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Republican state lawmakers are giving back-to-back poll observers new powers, setting off alarms over potential voter intimidation.


Bills in several states would give new power to election observers – who work on behalf of candidates and political parties – to observe voters and election workers. Critics say this could lead to conflict and chaos at polling stations and inappropriate targeting of voters of color.

In Texas, a measure being considered by the Republican-controlled legislature would grant partisan observers the right to film voters as they receive assistance to vote.

Meanwhile, in Georgia, the controversial new state voting law explicitly states that any Georgian can challenge the qualifications of an unlimited number of his fellow voters. The new law comes after a Texas group, True the Vote, teamed up with Georgian activists last year to question the qualifications of more than 360,000 voters ahead of two Senate elections.

Most counties have rejected True the Vote challenges, but Georgia’s new statute requires local election administrators to consider these challenges, threatening them with state sanctions if they don’t.

“If you think these challenges will not be racially targeted, then you are crazy,” said Marc Elias, a leading Democratic electoral lawyer who has filed a lawsuit on behalf of voting rights groups for prevent Georgian law from entering into force. “It is going to become a voter suppression tool by Republicans in the state of Georgia.”

The measures to empower partisan actors come after a record number of voters in 2020. States have relaxed election rules to allow more voting by mail and the use of drop boxes to prevent the spread of Covid-19. This surge in participation in states like Georgia has helped Democrats take over the White House and the majority in the US Senate.

As part of their unsuccessful efforts to overturn the election results, former President Donald Trump and his allies have repeatedly claimed that fraud could have occurred because Trump-aligned poll observers lacked a sufficient access to the voting and counting process in several states. There is no evidence of widespread fraud in the 2020 election.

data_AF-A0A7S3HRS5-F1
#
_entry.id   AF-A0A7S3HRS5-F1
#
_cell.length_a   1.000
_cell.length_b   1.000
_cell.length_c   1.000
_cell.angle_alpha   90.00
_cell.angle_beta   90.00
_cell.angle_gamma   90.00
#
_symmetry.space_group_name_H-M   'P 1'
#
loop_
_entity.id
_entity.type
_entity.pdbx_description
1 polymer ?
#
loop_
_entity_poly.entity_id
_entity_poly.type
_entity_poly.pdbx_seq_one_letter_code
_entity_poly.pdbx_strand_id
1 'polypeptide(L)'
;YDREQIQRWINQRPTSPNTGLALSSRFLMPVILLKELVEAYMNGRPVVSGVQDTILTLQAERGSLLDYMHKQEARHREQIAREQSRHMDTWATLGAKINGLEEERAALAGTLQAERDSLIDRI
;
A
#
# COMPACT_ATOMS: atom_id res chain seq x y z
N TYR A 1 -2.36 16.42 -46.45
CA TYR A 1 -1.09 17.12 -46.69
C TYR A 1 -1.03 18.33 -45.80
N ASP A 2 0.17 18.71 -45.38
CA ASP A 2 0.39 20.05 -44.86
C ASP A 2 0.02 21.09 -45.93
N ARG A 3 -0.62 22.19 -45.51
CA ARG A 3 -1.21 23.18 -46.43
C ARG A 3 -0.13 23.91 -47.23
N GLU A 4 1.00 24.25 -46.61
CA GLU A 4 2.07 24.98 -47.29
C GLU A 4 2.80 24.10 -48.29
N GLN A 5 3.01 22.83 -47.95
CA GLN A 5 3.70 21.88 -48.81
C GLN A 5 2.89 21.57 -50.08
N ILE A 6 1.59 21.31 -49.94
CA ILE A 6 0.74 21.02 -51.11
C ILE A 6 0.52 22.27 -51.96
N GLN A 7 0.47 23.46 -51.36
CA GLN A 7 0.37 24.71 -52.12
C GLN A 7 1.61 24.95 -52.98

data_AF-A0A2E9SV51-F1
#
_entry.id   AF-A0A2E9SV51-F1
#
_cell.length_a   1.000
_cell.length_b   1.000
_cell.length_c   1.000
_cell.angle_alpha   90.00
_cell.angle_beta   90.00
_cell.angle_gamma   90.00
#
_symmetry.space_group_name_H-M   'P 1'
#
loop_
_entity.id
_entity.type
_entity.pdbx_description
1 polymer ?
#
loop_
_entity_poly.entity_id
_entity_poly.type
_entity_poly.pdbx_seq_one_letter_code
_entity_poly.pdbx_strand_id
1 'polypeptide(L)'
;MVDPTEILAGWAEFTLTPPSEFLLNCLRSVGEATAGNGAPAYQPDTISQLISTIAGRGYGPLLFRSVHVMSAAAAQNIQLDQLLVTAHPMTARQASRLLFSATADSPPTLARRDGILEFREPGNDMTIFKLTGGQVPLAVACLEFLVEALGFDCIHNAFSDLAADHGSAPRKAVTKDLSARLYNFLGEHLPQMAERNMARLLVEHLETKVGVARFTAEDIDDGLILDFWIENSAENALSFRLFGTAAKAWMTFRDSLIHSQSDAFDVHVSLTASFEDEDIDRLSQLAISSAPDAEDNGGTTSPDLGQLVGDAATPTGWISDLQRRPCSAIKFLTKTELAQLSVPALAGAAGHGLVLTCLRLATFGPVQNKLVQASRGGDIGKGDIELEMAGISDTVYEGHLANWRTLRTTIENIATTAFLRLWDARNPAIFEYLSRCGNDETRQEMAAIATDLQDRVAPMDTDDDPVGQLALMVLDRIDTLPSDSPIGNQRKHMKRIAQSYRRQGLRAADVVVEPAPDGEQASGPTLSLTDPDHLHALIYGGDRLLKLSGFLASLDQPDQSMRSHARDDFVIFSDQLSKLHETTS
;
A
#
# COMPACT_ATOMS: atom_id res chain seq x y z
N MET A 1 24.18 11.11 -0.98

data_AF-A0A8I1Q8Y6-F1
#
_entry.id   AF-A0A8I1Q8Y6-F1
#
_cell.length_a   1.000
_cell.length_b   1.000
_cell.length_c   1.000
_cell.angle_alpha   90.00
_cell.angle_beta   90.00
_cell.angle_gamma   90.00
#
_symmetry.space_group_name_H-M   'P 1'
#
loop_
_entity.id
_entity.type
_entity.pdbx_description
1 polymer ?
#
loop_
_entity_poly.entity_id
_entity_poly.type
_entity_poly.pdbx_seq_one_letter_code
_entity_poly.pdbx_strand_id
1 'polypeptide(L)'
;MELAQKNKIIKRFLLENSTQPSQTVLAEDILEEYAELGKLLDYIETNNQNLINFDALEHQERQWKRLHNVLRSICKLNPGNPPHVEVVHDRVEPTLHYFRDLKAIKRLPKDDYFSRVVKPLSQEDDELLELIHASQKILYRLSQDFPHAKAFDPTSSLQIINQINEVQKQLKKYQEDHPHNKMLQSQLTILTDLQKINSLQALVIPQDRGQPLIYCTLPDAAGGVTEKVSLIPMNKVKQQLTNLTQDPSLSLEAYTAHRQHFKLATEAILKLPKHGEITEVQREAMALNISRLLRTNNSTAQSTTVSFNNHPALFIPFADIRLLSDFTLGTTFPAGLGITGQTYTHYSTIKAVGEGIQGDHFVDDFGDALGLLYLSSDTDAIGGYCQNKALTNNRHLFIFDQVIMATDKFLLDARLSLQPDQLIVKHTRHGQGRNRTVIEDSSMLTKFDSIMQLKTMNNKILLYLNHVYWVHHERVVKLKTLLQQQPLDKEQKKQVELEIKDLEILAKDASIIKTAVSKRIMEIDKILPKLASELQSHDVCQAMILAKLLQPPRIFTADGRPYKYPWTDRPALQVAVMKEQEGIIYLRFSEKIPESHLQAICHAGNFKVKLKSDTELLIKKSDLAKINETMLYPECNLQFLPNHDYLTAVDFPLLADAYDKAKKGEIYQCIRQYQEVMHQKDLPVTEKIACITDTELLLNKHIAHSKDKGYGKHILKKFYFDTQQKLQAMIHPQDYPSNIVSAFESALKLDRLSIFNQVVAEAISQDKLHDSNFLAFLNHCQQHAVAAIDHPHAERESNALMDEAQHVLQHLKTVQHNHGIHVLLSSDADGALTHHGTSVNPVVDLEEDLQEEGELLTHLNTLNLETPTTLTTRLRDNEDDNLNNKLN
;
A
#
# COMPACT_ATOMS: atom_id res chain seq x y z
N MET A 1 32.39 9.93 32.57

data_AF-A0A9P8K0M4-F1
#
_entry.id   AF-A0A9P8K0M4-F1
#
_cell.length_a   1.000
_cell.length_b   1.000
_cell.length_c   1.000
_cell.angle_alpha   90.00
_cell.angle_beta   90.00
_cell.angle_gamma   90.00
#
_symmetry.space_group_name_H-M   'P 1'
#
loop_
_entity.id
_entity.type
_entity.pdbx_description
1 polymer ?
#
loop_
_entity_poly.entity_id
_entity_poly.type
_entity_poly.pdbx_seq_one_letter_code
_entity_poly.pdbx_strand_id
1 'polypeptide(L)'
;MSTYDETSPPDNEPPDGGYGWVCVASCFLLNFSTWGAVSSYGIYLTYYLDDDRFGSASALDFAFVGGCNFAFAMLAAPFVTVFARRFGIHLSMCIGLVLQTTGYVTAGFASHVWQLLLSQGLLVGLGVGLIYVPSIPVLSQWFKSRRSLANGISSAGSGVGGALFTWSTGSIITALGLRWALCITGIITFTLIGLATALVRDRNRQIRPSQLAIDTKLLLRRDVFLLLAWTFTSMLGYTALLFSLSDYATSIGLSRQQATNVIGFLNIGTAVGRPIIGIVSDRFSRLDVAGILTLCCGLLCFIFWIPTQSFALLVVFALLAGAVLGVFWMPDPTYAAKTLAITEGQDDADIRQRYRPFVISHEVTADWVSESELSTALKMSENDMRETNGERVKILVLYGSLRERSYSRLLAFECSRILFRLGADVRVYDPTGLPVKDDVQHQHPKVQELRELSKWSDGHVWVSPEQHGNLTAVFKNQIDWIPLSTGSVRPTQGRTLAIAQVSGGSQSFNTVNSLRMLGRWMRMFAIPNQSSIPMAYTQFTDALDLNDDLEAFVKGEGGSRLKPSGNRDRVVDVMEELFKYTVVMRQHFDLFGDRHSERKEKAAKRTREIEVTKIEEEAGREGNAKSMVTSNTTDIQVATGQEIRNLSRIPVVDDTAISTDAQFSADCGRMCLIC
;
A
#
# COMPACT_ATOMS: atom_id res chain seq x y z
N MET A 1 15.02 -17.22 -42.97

Across the country, Republican lawmakers have responded with measures that grant more authority to poll watchers. A new analysis from the liberal-leaning Brennan Center for Justice found that, as of April 15, lawmakers in 20 states had introduced at least 40 bills to expand the powers of poll observers.

New powers proposed in Texas

Observers are partisan volunteers who, as their name suggests, “watch” or observe what happens in polling stations. Their main function is to make sure that their party or candidate has a chance of winning the elections. Both political parties deploy them.

Federal law prohibits harassment of voters, and most state laws prevent poll observers from interfering with the voting process.

In Texas, bills passing through the state legislature would give them new authority.

A Texas provision gives an observer the right to record images and sounds at a polling station – including at the polling station if the polling voter receives assistance “the observer reasonably believes to be illegal” .

A separate measure prohibits election judges – the poll workers who preside over each constituency – from removing election observers unless the observer “knowingly or intentionally” attempts to influence the independent exercise of the voter by a vote. other in the presence of the ballot or during the voting process. “

He also threatens election workers with crimes for knowingly preventing election observers from observing the process.

“It’s a monitoring role,” said Sarah Labowitz, policy director for the ACLU of Texas, of how the proposed laws treat election observers. “It really gives election observers power over the voter and the election judges.”

In a recent interview on CNN, the sponsor of the bill, Senator Bryan Hughes, said that the video recording provision “will ensure that voters vote – are not influenced by anyone else.”

He described the recording as akin to a police corps camera that will help resolve disputes between poll observers and election officials. The law provides for the tape to be sent to the Secretary of State.

Ground action on high-profile election bills at Texas House could take place as early as next week.

In Florida, the obligation to observe when matching signatures has raised concerns among election supervisors. In an interview on CNN’s “New Day” on Saturday, Mark Earley, the Leon County election supervisor, said the law will allow observers to view ballots via video streams – after election officials expressed concern that poll observers were crowding into secure areas.

“But many countries don’t have the technology or the money to make this happen or even the space for it to happen, so there are still concerns about it,” he said.

A turbulent history

Observation of polls and citizen challenges have been thorny issues. State laws in the 19th century made it difficult for African Americans to vote and prove their qualifications – even after the 15th Amendment granted black men the right to vote.